7 tn Grk “and the,” but καί (kai) has not been translated since English normally uses a coordinating conjunction only between the last two elements in a series of three or more. Two other conjunctions are omitted in this series.

8 tn Grk “whoever.”

9 tn Or “desert.”

10 tn There is a debate as to whether one should read this figuratively (“to see someone who is easily blown over?”) or literally (Grk “to see the wilderness vegetation?… No, to see a prophet”). Either view makes good sense, but the following examples suggest the question should be read literally and understood to point to the fact that a prophet drew them to the desert.

11 tn Grk “But what.” Here ἀλλά (alla, a strong contrastive in Greek) produces a somewhat awkward sense in English, and has not been translated. The same situation occurs at the beginning of v. 9.

12 sn The reference to fancy clothes makes the point that John was not rich or powerful, in that he did not come from the wealthy classes.

13 tn Or “palaces.”

14 tn John the Baptist is “more” because he introduces the one (Jesus) who brings the new era. The term is neuter, but may be understood as masculine in this context (BDAG 806 s.v. περισσότερος b).

15 tn Grk “before your face” (an idiom).

16 sn The quotation is primarily from Mal 3:1 with pronouns from Exod 23:20. Here is the forerunner who points the way to the arrival of God’s salvation. His job is to prepare and guide the people, as the cloud did for Israel in the desert.

17 tn Grk “Truly (ἀμήν, amhn), I say to you.”

18 sn After John comes a shift of eras. The new era is so great that the lowest member of it (the one who is least in the kingdom of God) is greater than the greatest one of the previous era.

19 tn Here δέ (de) has not been translated.

20 tn Or “the kingdom of heaven is forcibly entered and violent people take hold of it.” For a somewhat different interpretation of this passage, see the note on the phrase “urged to enter in” in Luke 16:16.

21 tn The word “appeared” is not in the Greek text, but is implied.

22 tn The translation “had better listen!” captures the force of the third person imperative more effectively than the traditional “let him hear,” which sounds more like a permissive than an imperative to the modern English reader. This was Jesus’ common expression to listen and heed carefully (cf. Matt 13:9, 43; Mark 4:9, 23; Luke 8:8, 14:35).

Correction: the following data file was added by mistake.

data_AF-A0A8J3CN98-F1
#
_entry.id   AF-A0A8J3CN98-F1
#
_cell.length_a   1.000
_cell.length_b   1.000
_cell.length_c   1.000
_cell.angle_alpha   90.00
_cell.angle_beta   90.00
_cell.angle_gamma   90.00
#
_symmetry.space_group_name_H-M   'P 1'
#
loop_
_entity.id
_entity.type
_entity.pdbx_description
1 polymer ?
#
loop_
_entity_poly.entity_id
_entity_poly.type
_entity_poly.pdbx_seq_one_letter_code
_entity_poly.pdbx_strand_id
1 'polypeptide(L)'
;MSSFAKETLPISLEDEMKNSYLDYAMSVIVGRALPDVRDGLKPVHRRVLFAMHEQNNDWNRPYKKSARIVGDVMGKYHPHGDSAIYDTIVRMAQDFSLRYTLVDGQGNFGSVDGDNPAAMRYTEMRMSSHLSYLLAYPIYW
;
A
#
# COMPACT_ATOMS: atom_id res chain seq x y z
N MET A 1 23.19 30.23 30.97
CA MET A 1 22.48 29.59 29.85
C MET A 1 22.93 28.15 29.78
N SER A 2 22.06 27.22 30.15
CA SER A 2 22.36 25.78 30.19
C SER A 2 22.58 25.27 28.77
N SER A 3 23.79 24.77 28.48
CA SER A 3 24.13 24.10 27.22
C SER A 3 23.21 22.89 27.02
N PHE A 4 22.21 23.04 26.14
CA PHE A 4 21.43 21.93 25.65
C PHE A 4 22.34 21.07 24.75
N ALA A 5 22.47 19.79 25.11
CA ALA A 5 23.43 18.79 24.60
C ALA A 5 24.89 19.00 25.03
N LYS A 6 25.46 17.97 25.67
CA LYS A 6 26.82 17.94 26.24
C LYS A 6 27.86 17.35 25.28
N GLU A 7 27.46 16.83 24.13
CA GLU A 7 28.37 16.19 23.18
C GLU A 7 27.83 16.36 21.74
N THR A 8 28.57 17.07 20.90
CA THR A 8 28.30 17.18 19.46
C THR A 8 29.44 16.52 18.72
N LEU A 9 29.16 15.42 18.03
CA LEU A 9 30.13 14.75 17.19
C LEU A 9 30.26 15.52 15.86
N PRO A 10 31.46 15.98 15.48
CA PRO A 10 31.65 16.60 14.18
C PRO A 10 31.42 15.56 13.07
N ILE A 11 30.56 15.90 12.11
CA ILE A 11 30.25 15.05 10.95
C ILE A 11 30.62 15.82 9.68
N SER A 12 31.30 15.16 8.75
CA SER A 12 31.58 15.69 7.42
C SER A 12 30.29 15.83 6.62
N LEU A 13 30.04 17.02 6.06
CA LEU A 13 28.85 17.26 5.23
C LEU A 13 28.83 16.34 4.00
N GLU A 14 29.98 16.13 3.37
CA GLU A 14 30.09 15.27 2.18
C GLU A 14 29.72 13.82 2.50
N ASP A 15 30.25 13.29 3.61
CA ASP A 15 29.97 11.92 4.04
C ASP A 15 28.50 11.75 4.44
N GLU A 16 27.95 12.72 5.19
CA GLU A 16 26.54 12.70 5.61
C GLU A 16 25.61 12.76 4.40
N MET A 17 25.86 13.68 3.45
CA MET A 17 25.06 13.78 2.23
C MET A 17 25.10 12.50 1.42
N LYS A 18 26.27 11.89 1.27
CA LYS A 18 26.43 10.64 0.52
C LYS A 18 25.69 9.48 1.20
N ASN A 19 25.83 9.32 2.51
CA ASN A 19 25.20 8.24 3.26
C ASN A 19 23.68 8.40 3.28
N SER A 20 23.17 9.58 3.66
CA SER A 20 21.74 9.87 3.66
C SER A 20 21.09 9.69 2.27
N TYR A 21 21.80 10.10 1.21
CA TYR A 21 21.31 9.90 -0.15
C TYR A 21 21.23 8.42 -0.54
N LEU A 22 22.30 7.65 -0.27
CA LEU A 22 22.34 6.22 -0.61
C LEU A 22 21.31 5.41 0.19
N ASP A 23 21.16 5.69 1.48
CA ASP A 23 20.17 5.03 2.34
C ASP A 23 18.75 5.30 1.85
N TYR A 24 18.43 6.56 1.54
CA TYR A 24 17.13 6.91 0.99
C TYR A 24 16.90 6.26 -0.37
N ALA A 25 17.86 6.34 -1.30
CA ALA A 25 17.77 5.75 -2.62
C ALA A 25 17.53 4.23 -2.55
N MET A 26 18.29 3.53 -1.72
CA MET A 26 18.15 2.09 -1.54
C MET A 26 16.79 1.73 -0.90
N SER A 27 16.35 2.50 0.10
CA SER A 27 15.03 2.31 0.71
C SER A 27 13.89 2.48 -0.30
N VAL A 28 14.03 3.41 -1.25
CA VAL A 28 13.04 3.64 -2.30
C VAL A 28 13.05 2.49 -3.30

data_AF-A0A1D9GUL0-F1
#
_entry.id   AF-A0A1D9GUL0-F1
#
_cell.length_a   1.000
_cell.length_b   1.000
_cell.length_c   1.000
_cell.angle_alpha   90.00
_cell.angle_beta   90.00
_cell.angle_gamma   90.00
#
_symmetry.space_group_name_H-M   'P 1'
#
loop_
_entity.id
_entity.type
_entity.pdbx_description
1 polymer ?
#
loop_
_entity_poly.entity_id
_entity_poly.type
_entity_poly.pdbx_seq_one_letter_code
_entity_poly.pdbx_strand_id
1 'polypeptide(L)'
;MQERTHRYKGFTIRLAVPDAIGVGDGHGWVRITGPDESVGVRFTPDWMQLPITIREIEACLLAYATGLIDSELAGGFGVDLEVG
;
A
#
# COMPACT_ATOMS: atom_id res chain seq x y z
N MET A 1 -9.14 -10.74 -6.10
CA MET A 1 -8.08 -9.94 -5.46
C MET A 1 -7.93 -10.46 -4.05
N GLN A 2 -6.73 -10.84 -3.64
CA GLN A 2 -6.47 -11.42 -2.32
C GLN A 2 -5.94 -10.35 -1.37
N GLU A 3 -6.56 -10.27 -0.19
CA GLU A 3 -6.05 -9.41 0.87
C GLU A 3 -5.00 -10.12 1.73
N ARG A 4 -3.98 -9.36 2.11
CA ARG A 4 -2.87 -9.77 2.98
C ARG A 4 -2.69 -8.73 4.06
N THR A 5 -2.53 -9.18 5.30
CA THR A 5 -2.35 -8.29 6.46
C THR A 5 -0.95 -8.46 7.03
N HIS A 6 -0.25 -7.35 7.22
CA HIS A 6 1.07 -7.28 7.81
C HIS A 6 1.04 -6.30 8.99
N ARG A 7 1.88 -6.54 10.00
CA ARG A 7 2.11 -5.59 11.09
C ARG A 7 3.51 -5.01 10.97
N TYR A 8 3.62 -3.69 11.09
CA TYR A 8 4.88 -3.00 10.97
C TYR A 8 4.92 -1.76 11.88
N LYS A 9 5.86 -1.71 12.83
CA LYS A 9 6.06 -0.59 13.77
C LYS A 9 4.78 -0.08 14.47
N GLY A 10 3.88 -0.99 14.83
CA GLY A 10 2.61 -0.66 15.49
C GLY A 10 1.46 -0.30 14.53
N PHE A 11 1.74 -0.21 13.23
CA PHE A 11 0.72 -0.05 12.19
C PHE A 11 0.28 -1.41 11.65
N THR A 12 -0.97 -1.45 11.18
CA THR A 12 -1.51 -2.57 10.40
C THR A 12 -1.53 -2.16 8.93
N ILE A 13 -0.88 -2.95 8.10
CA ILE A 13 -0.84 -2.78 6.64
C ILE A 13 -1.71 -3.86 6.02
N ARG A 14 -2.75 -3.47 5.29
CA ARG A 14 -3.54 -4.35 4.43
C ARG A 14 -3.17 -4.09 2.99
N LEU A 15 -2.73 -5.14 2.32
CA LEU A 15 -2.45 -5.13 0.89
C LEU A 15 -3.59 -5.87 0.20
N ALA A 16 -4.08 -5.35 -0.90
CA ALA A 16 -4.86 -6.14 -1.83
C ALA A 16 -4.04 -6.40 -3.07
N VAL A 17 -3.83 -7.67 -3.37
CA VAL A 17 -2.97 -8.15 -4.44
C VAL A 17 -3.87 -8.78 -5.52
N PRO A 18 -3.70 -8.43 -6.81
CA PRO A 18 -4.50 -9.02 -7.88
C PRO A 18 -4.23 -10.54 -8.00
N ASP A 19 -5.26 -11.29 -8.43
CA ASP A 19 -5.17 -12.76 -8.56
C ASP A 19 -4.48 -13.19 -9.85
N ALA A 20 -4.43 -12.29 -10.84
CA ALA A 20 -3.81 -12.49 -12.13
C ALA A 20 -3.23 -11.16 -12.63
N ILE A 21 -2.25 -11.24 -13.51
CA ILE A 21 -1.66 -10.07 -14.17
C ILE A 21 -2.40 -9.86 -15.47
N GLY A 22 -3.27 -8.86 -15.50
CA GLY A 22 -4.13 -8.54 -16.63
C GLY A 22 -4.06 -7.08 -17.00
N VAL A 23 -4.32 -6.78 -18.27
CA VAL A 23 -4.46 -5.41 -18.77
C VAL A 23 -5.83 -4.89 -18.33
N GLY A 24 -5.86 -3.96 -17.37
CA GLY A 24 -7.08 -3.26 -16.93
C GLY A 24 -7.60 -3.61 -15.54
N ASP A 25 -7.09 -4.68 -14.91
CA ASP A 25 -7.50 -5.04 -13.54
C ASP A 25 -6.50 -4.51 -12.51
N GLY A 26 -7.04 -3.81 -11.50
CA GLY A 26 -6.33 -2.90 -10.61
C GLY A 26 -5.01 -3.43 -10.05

23 tn Here δέ (de) has not been translated.

24 tn Grk “who call out to one another, saying.” The participle λέγουσιν (legousin) is redundant in contemporary English and has not been translated.

25 snWe played the flute for you, yet you did not dance…’ The children of this generation were making the complaint (see vv. 18-19) that others were not playing the game according to the way they played the music. John and Jesus did not follow “their tune.” Jesus’ complaint was that this generation wanted things their way, not God’s.

26 tn The verb ἐθρηνήσαμεν (eqrhnhsamen) refers to the loud wailing and lamenting used to mourn the dead in public in 1st century Jewish culture.

27 sn John the Baptist was too separatist and ascetic for some, and so he was accused of not being directed by God, but by a demon.

28 tn Grk “Behold a man.”

29 sn See the note on tax collectors in 5:46.

30 sn Neither were they happy with Jesus (the Son of Man), even though he was the opposite of John and associated freely with people like tax collectors and sinners. Either way, God’s messengers were subject to complaint.

31 tn Or “shown to be right.”

32 tc Most witnesses (B2 C D L Θ Ë1 33 Ï lat) have “children” (τέκνων, teknwn) here instead of “deeds” (ἔργων, ergwn), but since “children” is the reading of the parallel in Luke 7:35, scribes would be motivated to convert the less colorful “deeds” into more animate offspring of wisdom. Further, ἔργων enjoys support from א B* W (Ë13) as well as early versional and patristic support.